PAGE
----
Interior lawmakers buck incumbent trend out of legislature | Alaska News

Interior lawmakers oppose the trend of incumbents leaving the Alaska Legislature in 2022.

Some political observers say as many as a third of sitting lawmakers may not seek another term in the Alaska Legislature.

Most interior incumbents are pledging to run again, in contrast to lawmakers in other parts of the state who are stepping down in greater numbers than expected.

With the 5 p.m. filing deadline today to contest the state primary, all but two of the interior lawmakers have announced their re-election campaigns.

“I just filed today,” Fairbanks Rep. Grier Hopkins said. “It’s hard to be away from family for long periods of time. But it is still extremely important to serve.

Representatives Bart Lebon, Mike Cronk, Mike Prax and Hopkins as well as Sens. Click Bishop, Robert Myers and Scott Kawasaki are up for re-election in 2022.

Cronk, who is from Tok, and Prax, who represents the North Pole, are the only ones to show up unopposed from 5 p.m. on Tuesday.

That could change in the next few hours.

Kawasaki, a Democrat from Fairbanks, declared his intention to nominate his candidacy, but as of the end of Tuesday, no one had filed a nomination in his senatorial constituency, according to the website of the Elections Division of the United States. Alaska.

Rep. Adam Wool, another Fairbanks Democrat, quits his state House seat to campaign in the special primary race for Alaska’s sole seat in the U.S. House seat.

And Republican Rep. Steve Thompson of Fairbanks, who told the News-Miner “12 years is enough,” is heading for retirement.

As incumbents step down, others come forward to run and replace them in the Legislative Assembly, including political newcomers and third-party candidates who may not be well known to voters.

Here’s a look at how some interior races have evolved. Everything is smooth until the close of the deposit period.

In the House, incumbent Republican Rep. Bart LeBon of Fairbanks will face early competition from at least one other Republican and one Democrat.

The campaigns of Democrat Maxine Dibert and Republican Kelly Nash have been certified in District 31, where LeBon is the incumbent. Dibert is a teacher and Nash is a Conservative party activist.

Hopkins faces two challengers in House District 34. Republicans Nate Demars of Salcha and Frank Tomaszewski of Fairbanks have been certified to run against Hopkins.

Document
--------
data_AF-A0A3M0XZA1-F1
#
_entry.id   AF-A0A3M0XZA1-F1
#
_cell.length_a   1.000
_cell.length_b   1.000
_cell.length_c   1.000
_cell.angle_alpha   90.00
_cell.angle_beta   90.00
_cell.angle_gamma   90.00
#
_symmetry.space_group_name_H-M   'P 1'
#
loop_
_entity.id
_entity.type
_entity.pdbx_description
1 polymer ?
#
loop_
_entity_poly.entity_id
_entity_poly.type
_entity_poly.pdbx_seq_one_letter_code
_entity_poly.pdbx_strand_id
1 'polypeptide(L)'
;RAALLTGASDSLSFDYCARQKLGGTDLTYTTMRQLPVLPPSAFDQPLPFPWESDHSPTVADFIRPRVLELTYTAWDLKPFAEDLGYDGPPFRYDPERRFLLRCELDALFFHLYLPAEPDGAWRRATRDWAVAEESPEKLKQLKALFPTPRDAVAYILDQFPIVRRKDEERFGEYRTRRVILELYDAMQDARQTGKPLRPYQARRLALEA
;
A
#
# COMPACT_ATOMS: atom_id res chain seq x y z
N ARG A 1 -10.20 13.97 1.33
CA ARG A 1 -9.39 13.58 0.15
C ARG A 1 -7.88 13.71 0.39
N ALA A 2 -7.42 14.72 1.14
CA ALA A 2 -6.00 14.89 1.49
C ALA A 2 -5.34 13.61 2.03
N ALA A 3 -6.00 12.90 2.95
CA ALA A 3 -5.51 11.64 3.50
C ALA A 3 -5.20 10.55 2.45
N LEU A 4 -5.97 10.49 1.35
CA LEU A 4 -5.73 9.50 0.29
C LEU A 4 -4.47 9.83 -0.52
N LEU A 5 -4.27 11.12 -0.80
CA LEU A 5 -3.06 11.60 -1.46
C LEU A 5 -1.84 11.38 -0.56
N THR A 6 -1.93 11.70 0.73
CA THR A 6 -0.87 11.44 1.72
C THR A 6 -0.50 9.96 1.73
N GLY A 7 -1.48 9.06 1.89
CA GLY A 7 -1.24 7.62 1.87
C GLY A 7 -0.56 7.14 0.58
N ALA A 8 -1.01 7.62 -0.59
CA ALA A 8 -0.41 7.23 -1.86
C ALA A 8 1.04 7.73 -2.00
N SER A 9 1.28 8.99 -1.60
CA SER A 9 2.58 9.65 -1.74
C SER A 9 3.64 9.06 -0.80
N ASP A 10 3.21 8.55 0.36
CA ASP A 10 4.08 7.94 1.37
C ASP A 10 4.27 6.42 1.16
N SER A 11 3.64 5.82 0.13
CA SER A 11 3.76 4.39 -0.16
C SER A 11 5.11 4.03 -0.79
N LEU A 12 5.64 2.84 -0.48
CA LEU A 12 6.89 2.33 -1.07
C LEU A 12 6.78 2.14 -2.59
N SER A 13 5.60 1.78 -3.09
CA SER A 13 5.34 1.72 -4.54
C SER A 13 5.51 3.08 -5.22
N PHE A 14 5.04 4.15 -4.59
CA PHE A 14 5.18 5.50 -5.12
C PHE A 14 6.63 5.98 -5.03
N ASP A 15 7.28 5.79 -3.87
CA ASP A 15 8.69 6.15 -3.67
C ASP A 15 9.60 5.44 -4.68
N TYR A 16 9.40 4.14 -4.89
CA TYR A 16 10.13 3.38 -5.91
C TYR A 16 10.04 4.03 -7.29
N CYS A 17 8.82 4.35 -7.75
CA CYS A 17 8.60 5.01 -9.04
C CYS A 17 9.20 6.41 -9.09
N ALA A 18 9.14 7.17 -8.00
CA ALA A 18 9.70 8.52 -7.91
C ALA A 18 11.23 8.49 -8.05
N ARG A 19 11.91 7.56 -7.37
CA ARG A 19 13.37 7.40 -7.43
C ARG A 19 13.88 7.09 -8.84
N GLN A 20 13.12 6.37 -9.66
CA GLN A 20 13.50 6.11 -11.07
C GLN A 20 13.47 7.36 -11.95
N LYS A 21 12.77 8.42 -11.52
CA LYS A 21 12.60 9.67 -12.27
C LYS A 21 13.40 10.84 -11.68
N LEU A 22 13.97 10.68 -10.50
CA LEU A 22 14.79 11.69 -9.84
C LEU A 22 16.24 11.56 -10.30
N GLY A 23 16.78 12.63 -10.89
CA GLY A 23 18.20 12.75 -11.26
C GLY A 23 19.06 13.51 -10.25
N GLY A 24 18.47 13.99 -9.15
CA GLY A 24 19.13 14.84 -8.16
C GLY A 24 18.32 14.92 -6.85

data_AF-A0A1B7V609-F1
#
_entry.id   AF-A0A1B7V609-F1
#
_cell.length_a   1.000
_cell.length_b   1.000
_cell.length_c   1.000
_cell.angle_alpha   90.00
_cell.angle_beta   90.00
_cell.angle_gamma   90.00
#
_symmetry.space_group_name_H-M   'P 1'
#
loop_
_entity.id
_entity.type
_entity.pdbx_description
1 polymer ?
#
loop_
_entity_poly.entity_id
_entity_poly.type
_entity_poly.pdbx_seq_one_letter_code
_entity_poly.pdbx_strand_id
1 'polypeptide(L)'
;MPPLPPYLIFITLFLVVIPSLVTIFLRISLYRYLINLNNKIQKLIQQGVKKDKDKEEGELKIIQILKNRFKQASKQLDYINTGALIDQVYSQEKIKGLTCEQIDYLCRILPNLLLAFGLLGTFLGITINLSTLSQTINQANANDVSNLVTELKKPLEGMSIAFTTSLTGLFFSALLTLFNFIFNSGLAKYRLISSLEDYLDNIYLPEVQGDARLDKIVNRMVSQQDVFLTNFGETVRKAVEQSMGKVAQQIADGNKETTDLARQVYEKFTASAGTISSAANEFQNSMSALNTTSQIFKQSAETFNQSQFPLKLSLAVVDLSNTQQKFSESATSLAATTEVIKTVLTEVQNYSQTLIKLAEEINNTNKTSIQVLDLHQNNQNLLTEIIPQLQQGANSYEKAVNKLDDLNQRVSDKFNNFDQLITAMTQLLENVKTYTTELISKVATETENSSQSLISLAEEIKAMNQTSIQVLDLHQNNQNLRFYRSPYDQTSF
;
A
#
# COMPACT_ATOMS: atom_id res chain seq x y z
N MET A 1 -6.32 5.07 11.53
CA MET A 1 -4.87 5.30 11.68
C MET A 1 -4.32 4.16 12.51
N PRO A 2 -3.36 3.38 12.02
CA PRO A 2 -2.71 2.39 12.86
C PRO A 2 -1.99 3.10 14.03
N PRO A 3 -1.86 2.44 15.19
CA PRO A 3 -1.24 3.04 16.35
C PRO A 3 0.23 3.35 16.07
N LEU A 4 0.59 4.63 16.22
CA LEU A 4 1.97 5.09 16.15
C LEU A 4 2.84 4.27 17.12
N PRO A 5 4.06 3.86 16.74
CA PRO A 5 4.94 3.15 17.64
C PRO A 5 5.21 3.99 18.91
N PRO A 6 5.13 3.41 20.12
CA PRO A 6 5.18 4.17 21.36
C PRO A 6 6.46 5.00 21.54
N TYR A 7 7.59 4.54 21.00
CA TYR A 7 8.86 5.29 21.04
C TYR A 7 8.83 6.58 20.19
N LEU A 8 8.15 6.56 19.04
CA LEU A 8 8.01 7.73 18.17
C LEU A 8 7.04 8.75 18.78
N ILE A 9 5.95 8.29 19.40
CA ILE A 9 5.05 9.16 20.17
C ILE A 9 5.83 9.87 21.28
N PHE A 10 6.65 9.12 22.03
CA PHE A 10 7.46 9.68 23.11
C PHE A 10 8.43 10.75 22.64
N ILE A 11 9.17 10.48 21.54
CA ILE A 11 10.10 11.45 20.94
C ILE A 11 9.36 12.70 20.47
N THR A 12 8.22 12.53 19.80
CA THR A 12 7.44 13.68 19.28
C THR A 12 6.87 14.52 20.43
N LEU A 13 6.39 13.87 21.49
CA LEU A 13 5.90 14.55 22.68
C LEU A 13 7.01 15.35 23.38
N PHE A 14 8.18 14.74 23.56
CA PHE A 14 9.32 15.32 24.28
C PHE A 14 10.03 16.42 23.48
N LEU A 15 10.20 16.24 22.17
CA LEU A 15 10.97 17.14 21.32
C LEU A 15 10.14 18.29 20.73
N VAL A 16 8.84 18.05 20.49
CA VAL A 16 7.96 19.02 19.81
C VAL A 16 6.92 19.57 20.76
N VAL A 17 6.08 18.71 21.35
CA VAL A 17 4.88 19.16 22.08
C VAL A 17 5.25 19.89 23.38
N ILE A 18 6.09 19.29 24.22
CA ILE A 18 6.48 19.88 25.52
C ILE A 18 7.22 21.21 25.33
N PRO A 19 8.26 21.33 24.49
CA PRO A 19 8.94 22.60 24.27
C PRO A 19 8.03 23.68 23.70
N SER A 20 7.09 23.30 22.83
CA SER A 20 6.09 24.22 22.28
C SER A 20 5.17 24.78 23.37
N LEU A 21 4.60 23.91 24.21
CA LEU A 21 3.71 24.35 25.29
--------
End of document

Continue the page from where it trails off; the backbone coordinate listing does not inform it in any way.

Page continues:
Demars describes himself on social media as “your local guy running for State House.” Tomaszewski is a longtime resident of Fairbanks and a member of the Fairbanks North Star Borough Assembly.

In the Senate, Republican incumbent Robert Myers of Fairbanks will take up the challenge of Alaskan independence candidate Arthur Serkov of Fairbanks.

The Alaska Independence Party promotes “Alaska-centric” issues, including resource development, and advocates a vote on secession from the United States.

Sen. Click Bishop also faces a challenge from an Alaska Independence Party candidate. Robert “Bert” Williams runs against the longtime incumbent.

In House District 32, Republican Will Stapp is seeking to fill Thompson’s seat.

Thompson’s retirement comes as no surprise, as he indicated more than a year ago that he would not run again. Stapp was Tuesday’s only certified candidate in the race. A military veteran, he was stationed at Fort Wainwright as an infantryman. Thompson endorses Stapp’s candidacy for election.

While some races only have one candidate, District 35 is a crowded House race.

Wool, the Democratic incumbent, announced he would not seek another term as he campaigned for the US House of Representatives.

Democrat Ashley Carrick, Wool’s aide in the Legislative Assembly, is running to take the seat.

The other challengers are Republican Ruben McNeill Jr., a health care executive; Kiernan Brown of the Alaska Constitution Party; and Tim Parker, a retired English teacher who is not affiliated with any party.

Betty K. Park